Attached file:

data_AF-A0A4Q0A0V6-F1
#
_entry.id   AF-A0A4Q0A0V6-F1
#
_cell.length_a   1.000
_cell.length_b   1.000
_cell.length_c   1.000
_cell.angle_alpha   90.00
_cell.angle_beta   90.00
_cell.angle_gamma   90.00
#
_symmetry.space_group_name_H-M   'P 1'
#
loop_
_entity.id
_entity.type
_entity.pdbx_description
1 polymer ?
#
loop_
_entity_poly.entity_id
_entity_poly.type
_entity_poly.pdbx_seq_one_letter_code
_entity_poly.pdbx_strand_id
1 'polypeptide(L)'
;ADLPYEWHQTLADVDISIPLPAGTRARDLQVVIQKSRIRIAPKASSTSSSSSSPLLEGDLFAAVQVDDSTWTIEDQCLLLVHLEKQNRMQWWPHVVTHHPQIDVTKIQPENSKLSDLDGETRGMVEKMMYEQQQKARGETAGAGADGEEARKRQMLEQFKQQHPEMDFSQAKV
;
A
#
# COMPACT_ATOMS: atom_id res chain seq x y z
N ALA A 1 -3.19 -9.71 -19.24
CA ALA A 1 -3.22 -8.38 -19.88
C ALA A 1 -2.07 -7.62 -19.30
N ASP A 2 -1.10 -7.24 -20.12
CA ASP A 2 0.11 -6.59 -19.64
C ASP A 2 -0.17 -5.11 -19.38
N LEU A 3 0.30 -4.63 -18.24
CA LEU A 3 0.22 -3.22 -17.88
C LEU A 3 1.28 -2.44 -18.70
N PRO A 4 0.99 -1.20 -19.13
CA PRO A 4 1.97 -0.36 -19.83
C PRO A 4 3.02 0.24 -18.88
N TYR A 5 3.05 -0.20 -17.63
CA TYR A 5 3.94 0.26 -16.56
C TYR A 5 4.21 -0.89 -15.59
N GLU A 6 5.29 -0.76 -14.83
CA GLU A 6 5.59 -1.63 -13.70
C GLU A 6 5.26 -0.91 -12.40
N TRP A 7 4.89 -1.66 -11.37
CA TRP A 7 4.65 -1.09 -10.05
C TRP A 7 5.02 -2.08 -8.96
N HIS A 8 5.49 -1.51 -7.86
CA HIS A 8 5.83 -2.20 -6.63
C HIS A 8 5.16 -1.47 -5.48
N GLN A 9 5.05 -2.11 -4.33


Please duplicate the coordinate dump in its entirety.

data_AF-A0A4Q0A0V6-F1
#
_entry.id   AF-A0A4Q0A0V6-F1
#
_cell.length_a   1.000
_cell.length_b   1.000
_cell.length_c   1.000
_cell.angle_alpha   90.00
_cell.angle_beta   90.00
_cell.angle_gamma   90.00
#
_symmetry.space_group_name_H-M   'P 1'
#
loop_
_entity.id
_entity.type
_entity.pdbx_description
1 polymer ?
#
loop_
_entity_poly.entity_id
_entity_poly.type
_entity_poly.pdbx_seq_one_letter_code
_entity_poly.pdbx_strand_id
1 'polypeptide(L)'
;ADLPYEWHQTLADVDISIPLPAGTRARDLQVVIQKSRIRIAPKASSTSSSSSSPLLEGDLFAAVQVDDSTWTIEDQCLLLVHLEKQNRMQWWPHVVTHHPQIDVTKIQPENSKLSDLDGETRGMVEKMMYEQQQKARGETAGAGADGEEARKRQMLEQFKQQHPEMDFSQAKV
;
A
#
# COMPACT_ATOMS: atom_id res chain seq x y z
N ALA A 1 -3.19 -9.71 -19.24
CA ALA A 1 -3.22 -8.38 -19.88
C ALA A 1 -2.07 -7.62 -19.30
N ASP A 2 -1.10 -7.24 -20.12
CA ASP A 2 0.11 -6.59 -19.64
C ASP A 2 -0.17 -5.11 -19.38
N LEU A 3 0.30 -4.63 -18.24
CA LEU A 3 0.22 -3.22 -17.88
C LEU A 3 1.28 -2.44 -18.70
N PRO A 4 0.99 -1.20 -19.13
CA PRO A 4 1.97 -0.36 -19.83
C PRO A 4 3.02 0.24 -18.88
N TYR A 5 3.05 -0.20 -17.63
CA TYR A 5 3.94 0.26 -16.56
C TYR A 5 4.21 -0.89 -15.59
N GLU A 6 5.29 -0.76 -14.83
CA GLU A 6 5.59 -1.63 -13.70
C GLU A 6 5.26 -0.91 -12.40
N TRP A 7 4.89 -1.66 -11.37
CA TRP A 7 4.65 -1.09 -10.05
C TRP A 7 5.02 -2.08 -8.96
N HIS A 8 5.49 -1.51 -7.86
CA HIS A 8 5.83 -2.20 -6.63
C HIS A 8 5.16 -1.47 -5.48
N GLN A 9 5.05 -2.11 -4.33